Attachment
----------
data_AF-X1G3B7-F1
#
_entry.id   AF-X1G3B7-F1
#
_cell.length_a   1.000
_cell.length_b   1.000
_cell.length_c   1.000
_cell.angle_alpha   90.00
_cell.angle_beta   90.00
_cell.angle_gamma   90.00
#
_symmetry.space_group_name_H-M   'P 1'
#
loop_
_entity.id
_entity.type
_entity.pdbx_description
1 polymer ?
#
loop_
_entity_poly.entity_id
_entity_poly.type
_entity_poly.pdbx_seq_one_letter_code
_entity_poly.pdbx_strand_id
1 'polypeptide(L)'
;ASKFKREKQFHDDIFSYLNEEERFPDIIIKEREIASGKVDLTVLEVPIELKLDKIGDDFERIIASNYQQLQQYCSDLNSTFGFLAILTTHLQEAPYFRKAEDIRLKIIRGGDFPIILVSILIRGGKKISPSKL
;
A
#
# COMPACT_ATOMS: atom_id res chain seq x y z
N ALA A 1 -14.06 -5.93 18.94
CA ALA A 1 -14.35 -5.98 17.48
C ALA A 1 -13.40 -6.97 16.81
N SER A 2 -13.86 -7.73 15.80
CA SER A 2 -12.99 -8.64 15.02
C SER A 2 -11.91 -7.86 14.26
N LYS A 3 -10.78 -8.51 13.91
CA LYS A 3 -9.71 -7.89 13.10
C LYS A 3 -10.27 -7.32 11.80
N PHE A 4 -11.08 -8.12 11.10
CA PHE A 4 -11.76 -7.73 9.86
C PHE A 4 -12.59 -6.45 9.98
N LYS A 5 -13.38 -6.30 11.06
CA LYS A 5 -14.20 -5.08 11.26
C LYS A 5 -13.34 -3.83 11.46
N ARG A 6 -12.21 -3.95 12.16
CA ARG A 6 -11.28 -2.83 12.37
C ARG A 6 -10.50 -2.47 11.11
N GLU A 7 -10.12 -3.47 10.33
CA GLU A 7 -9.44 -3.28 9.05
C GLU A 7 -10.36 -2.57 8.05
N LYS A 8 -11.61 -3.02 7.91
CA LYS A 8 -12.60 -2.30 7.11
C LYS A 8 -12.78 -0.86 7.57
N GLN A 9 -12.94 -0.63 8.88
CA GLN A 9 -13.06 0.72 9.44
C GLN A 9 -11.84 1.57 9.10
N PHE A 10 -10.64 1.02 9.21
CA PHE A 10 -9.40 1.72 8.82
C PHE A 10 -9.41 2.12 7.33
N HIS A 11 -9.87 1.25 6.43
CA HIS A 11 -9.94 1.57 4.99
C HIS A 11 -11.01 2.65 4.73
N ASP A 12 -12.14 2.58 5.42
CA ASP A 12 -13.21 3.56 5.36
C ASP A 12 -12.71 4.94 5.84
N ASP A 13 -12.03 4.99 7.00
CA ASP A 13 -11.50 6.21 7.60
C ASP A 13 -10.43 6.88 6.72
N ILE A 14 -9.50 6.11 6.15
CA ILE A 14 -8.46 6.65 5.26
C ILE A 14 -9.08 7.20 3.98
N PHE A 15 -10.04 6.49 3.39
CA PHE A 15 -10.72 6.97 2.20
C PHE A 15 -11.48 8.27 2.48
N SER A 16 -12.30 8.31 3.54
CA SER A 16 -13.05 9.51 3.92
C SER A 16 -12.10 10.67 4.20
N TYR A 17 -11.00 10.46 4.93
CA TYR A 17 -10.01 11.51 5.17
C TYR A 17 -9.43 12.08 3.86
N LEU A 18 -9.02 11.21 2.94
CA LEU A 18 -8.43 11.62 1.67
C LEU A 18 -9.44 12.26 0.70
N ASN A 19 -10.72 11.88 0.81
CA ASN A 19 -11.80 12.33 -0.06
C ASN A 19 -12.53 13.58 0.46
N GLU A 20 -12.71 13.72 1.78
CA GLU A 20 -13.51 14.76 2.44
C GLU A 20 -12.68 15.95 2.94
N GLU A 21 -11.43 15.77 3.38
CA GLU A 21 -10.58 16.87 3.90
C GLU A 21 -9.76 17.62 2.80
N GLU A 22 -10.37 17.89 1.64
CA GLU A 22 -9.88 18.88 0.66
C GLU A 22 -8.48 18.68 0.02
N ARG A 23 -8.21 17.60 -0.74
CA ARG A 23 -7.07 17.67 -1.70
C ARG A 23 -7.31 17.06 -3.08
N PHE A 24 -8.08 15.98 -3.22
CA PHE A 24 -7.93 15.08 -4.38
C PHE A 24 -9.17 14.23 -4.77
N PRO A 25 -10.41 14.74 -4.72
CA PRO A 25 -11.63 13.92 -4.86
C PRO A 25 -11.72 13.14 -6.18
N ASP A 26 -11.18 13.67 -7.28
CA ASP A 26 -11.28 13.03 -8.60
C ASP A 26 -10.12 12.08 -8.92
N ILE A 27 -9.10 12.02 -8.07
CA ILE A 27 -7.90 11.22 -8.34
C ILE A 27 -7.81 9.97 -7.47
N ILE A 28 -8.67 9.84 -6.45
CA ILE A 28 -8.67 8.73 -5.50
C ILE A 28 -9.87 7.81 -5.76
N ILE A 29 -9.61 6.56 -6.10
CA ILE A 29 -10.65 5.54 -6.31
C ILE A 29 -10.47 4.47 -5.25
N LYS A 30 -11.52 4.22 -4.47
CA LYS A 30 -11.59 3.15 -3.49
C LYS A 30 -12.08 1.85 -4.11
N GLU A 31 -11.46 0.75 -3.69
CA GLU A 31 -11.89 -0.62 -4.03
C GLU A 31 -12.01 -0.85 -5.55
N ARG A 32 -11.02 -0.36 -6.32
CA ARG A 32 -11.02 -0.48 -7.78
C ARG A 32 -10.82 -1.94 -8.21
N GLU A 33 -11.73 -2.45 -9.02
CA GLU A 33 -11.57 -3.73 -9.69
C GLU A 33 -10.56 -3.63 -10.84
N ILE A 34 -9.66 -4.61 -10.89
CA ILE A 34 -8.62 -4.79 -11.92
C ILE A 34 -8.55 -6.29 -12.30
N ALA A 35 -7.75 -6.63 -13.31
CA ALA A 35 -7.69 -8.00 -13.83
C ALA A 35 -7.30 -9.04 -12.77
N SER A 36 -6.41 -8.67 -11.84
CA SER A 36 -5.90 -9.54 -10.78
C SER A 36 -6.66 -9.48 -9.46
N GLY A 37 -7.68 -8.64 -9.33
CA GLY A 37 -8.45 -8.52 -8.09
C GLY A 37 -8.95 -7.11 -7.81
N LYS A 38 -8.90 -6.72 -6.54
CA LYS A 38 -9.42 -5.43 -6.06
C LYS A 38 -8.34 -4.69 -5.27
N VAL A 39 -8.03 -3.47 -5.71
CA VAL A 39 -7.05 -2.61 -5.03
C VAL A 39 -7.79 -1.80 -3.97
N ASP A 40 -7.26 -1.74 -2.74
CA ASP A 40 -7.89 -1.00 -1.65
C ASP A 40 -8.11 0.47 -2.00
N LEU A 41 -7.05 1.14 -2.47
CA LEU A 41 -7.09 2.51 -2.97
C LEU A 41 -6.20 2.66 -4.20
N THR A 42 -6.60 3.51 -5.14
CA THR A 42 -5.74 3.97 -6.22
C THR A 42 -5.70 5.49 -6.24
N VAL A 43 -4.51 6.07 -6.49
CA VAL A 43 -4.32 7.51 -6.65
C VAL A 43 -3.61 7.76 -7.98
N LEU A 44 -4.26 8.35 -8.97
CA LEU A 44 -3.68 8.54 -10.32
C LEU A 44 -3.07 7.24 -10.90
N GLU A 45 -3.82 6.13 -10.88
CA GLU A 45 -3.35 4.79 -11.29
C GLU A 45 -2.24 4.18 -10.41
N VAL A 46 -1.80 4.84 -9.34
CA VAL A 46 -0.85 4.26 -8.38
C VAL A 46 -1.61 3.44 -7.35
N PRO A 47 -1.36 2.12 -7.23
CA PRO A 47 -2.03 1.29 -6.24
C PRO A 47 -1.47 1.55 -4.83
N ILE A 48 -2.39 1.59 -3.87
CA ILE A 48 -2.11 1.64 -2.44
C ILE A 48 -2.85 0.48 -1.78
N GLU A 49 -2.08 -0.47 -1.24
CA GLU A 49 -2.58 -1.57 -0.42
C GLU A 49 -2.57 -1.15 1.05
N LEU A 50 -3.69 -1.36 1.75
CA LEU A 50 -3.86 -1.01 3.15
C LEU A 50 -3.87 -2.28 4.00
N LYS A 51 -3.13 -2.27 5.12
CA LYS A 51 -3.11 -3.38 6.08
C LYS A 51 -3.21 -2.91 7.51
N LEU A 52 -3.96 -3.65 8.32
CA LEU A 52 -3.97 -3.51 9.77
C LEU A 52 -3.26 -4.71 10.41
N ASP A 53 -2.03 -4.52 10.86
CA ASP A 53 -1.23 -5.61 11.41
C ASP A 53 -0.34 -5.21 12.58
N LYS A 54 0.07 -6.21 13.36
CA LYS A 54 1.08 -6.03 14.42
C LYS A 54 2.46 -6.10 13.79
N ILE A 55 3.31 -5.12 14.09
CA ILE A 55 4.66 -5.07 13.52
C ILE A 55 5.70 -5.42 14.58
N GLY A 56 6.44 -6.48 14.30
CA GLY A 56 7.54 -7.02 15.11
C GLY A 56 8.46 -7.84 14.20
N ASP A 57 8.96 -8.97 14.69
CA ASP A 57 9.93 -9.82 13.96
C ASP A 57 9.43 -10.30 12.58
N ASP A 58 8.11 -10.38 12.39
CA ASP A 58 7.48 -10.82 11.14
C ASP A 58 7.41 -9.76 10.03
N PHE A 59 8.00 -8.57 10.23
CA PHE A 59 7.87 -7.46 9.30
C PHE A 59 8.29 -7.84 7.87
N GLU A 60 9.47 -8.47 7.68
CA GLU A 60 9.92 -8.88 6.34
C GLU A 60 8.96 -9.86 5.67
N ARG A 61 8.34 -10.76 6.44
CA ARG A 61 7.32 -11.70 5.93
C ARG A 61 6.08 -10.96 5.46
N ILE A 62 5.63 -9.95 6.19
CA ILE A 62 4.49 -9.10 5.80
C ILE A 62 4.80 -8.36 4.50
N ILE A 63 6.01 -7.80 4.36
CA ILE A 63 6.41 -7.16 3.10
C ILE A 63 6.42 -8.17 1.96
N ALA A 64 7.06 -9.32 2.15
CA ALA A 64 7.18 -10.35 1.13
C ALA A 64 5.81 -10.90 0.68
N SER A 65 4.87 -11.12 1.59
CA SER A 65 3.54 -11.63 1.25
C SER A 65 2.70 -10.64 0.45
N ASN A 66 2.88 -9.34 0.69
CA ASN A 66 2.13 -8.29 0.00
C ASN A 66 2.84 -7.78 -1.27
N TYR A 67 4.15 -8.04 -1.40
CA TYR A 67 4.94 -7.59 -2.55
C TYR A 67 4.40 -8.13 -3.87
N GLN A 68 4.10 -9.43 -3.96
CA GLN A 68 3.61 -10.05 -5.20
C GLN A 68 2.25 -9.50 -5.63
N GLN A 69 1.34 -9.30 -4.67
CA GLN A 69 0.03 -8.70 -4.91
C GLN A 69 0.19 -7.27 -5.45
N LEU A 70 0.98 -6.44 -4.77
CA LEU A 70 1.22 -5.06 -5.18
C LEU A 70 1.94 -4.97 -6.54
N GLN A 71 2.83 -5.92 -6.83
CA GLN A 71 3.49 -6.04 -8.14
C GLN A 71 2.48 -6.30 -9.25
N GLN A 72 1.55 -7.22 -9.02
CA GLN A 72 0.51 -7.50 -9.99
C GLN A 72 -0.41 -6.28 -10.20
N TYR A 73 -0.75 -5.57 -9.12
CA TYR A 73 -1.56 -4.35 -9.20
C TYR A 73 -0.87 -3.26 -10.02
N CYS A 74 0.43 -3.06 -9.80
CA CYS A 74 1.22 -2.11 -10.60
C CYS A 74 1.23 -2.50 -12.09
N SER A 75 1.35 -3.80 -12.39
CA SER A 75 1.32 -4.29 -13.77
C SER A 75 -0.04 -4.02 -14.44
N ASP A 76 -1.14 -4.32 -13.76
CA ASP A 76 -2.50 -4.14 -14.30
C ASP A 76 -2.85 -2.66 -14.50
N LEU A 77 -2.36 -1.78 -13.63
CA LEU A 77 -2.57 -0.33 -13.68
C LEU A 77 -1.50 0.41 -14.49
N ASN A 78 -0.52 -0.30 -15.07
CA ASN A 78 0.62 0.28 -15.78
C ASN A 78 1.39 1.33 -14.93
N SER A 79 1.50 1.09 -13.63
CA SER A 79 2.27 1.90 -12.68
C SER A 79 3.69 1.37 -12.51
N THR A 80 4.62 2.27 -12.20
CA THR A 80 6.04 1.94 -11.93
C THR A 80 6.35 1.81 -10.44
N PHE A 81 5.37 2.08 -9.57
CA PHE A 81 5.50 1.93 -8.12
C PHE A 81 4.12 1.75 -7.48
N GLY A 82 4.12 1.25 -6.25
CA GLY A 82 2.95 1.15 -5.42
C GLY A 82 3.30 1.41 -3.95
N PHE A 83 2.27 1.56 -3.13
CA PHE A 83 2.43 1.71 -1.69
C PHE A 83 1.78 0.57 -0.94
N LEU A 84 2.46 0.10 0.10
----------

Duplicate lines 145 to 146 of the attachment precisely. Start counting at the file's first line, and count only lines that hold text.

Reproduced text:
N VAL A 39 -8.03 -3.47 -5.71
CA VAL A 39 -7.05 -2.61 -5.03